Times may be tough, but apparently not tough enough--at least, not yet--for American men to sacrifice their virility.
A few months ago, during the last earnings season, I put forth an anecdotal theory that the weak economy may be leading to flaccid sales of the expensive pills for erectile dysfunction (ED). But this earnings season's results show that impotence drug sales may be more resilient than I thought.
Earlier this week Pfizer (PFE) reported that Viagra sales went up 13 percent from the third quarter of last year to the third quarter of this year. Not only that, but U.S. revenue from the little blue pill climbed sequentially (from the second quarter of this year to the third quarter) from $199 million to $236 million. That's not all new business, much of the increase probably comes from a price increase, but even that flies in the face of a report in The New York Times Wednesday about people giving up or cutting back on their meds in this economy. Even though docs and the companies will tell you impotence could be a symptom of serious medical problems, ED drugs are considered so-called lifestyle, elective products. So, the fact that guys are paying even more for them these days may say something.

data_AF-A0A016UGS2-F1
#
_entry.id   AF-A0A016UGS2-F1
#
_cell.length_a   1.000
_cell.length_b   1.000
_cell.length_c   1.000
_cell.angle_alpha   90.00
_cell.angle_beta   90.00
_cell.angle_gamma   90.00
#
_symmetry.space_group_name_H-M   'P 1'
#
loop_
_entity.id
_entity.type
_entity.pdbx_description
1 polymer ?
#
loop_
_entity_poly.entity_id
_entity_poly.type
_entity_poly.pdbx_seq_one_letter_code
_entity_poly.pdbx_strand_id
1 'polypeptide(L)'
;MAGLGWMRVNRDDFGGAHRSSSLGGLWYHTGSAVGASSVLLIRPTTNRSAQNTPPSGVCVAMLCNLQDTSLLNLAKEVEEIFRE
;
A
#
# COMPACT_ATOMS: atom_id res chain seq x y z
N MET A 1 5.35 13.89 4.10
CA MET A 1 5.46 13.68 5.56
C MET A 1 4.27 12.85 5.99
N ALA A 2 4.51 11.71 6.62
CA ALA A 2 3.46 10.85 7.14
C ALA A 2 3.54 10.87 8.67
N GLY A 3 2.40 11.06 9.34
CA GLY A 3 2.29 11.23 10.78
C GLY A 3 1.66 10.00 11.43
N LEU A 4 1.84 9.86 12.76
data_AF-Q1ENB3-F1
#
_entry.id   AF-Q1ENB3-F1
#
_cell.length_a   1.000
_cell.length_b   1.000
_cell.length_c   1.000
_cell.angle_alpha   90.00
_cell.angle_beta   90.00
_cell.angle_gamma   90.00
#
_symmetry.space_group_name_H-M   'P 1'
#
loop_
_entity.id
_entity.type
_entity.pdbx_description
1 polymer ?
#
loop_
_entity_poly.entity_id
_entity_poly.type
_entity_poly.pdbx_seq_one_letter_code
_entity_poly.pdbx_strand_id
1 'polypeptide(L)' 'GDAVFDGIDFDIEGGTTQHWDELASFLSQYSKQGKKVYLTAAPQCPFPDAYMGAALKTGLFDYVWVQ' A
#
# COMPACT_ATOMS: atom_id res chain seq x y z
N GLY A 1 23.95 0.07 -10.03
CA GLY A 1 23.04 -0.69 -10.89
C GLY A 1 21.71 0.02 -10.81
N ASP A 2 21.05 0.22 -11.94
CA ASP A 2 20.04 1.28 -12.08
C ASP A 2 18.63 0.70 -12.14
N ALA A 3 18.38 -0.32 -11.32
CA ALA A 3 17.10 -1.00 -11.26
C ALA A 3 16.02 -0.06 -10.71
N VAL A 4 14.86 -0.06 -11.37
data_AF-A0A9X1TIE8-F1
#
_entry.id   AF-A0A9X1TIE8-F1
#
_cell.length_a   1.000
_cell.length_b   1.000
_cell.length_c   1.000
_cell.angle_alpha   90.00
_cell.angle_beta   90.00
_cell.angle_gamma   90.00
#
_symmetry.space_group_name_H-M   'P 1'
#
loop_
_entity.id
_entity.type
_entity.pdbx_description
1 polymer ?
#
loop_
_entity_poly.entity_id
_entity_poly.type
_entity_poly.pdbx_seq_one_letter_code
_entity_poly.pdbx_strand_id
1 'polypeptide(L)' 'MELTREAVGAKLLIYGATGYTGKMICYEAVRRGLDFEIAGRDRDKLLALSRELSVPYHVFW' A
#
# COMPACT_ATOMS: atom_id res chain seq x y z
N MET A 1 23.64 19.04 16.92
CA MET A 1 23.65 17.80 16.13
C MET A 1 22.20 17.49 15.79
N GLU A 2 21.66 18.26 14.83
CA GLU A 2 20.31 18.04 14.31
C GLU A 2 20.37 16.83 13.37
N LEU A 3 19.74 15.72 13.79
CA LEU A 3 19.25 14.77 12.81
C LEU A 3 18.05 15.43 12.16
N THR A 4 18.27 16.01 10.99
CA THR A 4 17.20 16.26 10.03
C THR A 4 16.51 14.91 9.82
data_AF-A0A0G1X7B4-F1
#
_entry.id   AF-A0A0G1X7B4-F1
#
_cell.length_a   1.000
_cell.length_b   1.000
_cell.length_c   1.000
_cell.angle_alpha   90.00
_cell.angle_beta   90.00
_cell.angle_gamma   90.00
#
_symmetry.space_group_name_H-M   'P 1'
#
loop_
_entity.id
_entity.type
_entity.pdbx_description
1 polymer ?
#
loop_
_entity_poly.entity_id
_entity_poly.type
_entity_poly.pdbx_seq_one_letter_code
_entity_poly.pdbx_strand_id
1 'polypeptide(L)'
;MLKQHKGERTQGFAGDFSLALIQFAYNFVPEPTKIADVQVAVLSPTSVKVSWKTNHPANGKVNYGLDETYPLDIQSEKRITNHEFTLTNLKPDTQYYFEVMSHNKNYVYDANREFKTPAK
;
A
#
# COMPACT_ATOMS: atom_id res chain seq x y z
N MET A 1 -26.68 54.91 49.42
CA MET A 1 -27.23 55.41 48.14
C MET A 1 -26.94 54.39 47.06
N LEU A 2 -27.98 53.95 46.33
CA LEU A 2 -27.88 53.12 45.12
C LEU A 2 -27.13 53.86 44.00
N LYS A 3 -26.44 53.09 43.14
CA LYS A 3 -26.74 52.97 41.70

Then, yesterday morning, Eli Lilly (LLY) reported that U.S. revenue from Cialis jumped 20 percent quarter over quarter and rose $12 million sequentially. Here, too, on the conference call officials acknowledged most of that comes from a price hike and not so much from more demand. They also said Cialis's market share inched up 1.4 percent in the quarter in part due to the recent launch of a one-a-day version of the drug. And for those who think direct-to-consumer advertising doesn't work, LLY said since it started running commercials for one-a-day Cialis, its market share bumped up another .06 percent. Even sales of little Levitra co-owned by GlaxoSmithKline (GSK), Schering-Plough (SGP), and Bayer (BAY) crept up ever so slightly. Maybe it's all part of the whole cocooning, stay-at-home, go out less thing.